Gorbachev was a healer, Putin is a warmonger


Joseph Frager

With the passing of former Soviet leader Mikhail Gorbachev at age 91, in the midst of the Russian war on Ukraine, the stark contrast between the Gorbachev and Putin eras is taking shape.

Gorbachev ended the Cold War, lifted the Iron Curtain and freed the Jews from bondage in the Soviet Union. He was a healer. Current Russian President Vladimir Putin’s avoidance of Gorbachev’s funeral was a disgrace.

Gorbachev was a man who saw the beauty, the power and the opportunity that freedom could bring. He had an able, willing and great partner and cheerleader in U.S. President Ronald Reagan. When Reagan spoke in Berlin on June 12, 1987, and said, “Tear down this wall!” it did not fall on deaf ears. Gorbachev listened and granted Reagan’s request. One of the greatest moments in world history took place on Nov. 9, 1989 when the wall came down. Gorbachev made it happen. It was pure ecstasy.
The Cold War, for anyone who lived through it, was a nightmare; a throwback to the Middle Ages. During that era, Russia produced two things: steroid-dependent athletes and high-tech weapons. By 1975, the latter included 20,000 nuclear bombs. That number had almost doubled by the time Gorbachev took over. The Cuban missile crisis was fueled by the USSR and the Vietnam War was due in large part to Russian aggression.

Besides that, Russia during the Cold War was all about the KGB, intimidation, tyranny and repression. For the Jews, it was a nightmare. Communism had no room for religion, so Judaism was banned. The Jews of the Soviet Union were prevented from enjoying a Jewish education for 70 years.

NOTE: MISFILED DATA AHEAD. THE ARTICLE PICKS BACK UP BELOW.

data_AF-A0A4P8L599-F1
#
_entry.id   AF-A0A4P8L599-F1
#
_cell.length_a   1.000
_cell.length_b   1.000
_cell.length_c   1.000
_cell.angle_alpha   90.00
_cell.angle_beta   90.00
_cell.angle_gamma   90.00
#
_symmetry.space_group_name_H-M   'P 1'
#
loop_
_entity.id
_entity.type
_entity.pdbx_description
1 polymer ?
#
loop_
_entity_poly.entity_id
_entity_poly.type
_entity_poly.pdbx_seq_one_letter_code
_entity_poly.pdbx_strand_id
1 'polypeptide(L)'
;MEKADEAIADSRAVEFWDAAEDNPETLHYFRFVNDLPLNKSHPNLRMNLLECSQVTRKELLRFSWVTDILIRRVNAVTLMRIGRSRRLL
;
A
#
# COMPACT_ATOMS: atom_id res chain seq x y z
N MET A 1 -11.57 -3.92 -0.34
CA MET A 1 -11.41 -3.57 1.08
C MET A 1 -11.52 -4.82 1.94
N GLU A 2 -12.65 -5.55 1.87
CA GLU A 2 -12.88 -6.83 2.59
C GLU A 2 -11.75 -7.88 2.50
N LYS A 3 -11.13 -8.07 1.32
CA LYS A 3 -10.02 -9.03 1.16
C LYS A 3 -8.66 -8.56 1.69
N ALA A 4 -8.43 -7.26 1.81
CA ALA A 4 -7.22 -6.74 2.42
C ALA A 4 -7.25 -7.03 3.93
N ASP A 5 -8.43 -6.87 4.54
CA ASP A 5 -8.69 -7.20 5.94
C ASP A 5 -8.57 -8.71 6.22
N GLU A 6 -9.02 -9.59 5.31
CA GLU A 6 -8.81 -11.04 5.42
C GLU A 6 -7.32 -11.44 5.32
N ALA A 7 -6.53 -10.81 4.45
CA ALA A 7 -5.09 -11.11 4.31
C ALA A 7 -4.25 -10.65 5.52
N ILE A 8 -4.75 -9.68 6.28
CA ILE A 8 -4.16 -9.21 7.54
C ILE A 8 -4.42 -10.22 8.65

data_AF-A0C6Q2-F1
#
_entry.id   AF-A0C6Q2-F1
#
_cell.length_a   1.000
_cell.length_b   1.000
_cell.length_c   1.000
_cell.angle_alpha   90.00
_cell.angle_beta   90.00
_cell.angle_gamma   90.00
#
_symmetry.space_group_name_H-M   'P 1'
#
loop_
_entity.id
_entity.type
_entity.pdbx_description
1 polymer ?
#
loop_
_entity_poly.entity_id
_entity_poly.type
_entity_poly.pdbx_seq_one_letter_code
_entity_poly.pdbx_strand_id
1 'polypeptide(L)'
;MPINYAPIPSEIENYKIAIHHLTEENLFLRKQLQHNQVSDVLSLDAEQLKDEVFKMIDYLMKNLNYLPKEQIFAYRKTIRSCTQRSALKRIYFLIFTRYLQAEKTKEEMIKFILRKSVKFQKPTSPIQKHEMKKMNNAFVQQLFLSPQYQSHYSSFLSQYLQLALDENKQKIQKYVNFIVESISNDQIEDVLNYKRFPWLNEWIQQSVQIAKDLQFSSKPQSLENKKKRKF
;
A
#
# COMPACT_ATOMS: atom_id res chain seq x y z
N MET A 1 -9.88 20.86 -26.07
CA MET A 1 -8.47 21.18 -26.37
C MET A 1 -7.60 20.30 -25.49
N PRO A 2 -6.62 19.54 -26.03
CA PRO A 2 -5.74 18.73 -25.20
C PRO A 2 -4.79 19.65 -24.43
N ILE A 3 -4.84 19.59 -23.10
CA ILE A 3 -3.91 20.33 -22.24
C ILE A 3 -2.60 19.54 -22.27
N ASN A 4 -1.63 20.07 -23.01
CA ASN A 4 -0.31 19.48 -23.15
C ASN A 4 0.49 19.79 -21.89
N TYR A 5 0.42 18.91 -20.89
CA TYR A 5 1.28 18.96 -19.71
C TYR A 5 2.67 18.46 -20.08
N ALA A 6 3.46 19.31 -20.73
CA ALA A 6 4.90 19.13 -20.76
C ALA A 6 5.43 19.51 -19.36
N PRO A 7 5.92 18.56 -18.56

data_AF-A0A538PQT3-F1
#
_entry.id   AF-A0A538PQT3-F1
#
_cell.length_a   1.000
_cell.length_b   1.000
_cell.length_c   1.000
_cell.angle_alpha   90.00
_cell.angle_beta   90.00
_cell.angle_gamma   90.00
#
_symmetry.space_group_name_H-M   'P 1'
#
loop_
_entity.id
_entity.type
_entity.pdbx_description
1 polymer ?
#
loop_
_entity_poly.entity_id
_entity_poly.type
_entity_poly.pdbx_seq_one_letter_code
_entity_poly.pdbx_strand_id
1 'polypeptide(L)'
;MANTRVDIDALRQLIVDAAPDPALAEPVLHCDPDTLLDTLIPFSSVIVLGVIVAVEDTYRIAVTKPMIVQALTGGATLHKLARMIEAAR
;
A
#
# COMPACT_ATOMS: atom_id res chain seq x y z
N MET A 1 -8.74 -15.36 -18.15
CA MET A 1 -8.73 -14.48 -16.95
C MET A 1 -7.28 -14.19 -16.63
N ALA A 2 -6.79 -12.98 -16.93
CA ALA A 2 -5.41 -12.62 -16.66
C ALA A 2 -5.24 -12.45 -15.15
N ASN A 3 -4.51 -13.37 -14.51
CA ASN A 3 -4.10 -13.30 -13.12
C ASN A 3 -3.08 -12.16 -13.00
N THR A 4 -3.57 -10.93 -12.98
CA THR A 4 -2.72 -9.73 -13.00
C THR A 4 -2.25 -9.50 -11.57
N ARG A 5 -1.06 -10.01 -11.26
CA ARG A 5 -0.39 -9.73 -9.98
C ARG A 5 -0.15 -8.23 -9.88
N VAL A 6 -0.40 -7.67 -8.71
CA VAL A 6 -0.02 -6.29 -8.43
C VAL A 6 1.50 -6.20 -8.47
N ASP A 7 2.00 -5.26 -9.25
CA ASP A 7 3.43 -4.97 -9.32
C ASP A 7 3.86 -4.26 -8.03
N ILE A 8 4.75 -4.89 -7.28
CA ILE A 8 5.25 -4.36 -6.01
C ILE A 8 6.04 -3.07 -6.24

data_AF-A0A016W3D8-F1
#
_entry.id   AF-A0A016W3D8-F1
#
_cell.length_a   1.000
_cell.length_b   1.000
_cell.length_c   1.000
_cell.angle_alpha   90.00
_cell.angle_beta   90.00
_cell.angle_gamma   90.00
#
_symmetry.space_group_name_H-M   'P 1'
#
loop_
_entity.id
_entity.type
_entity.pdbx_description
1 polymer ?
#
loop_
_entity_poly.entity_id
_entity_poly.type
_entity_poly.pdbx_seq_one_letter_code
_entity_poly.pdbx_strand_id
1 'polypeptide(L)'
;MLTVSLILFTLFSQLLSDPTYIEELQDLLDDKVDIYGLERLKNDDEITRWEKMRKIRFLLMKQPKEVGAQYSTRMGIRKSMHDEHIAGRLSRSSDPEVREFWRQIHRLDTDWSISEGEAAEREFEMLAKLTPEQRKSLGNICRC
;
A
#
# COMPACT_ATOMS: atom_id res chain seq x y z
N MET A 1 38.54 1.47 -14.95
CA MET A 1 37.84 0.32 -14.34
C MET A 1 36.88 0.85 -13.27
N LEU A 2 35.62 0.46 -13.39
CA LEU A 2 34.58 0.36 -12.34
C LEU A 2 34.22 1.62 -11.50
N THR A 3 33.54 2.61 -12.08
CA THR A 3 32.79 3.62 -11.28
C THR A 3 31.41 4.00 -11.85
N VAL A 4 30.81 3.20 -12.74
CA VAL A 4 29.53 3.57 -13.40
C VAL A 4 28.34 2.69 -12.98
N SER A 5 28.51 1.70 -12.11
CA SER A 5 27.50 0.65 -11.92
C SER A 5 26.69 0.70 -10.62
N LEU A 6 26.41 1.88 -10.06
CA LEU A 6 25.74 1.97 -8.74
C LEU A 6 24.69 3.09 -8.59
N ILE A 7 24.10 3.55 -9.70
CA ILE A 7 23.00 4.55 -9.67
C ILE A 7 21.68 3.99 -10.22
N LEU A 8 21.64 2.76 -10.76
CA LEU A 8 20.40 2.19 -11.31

The USSR made every attempt to try to destroy the State of Israel. They teamed up with Gamal Abdel Nasser of Egypt to take on Israel in 1967. They assisted Anwar Sadat in the Yom Kippur War of 1973 and inflicted terrible wounds on the Israeli people, with 2,656 Israeli soldiers killed. I lost many friends in the Yom Kippur War thanks to Russian armaments and advisers.

Mikhail Gorbachev put an end to this madness.

His glasnost (openness) and perestroika (restructuring) established a new world order. Although it took special requests from President Reagan, Gorbachev released the dissident Andrei Sakharov and many Jewish refuseniks. Without the struggle for Soviet Jewry, Gorbachev might never have acted. This was a testimony to the crucial role activism plays in making the world a better place. One of the chief activists who convinced Gorbachev to release Jewish refusenik Anatoly (Natan) Sharansky, who spent nine years in Soviet prisons, was Joe Mermelstein of blessed memory.

Gorbachev established a freedom of conscience law guaranteeing the right of people to “satisfy their spiritual needs.” Because of Gorbachev, a million Jews were allowed to emigrate from the Soviet Union. Because of Gorbachev, freedom reigned in Ukraine, the Baltics, Poland, Hungary, Romania and Czechoslovakia.

Vladimir Putin has reversed course. His absence at Gorbachev’s funeral speaks volumes. He has made a 180-degree turn. The hardliners in Russia simply could not come to grips with freedom. Indeed, Putin called the “collapse” of the Soviet Union the “greatest geopolitical catastrophe of the century.”

A friend of Gorbachev, Aleksei A. Venediktov, said that Gorbachev was “upset” about the Russian invasion of Ukraine and felt “his life’s work” had been undermined.

Vladimir Putin is living in the past and the past will come back to bite him. Unlike Gorbachev, who was a healer, Vladimir Putin is a warmonger. Hopefully, Russia will find its next Gorbachev sooner rather than later.

Joseph Frager is a lifelong activist and physician. He is chairman of Israel advocacy for the Rabbinical Alliance of America, chairman of the executive committee of American Friends of Ateret Cohanim and executive vice president of the Israel Heritage Foundation.


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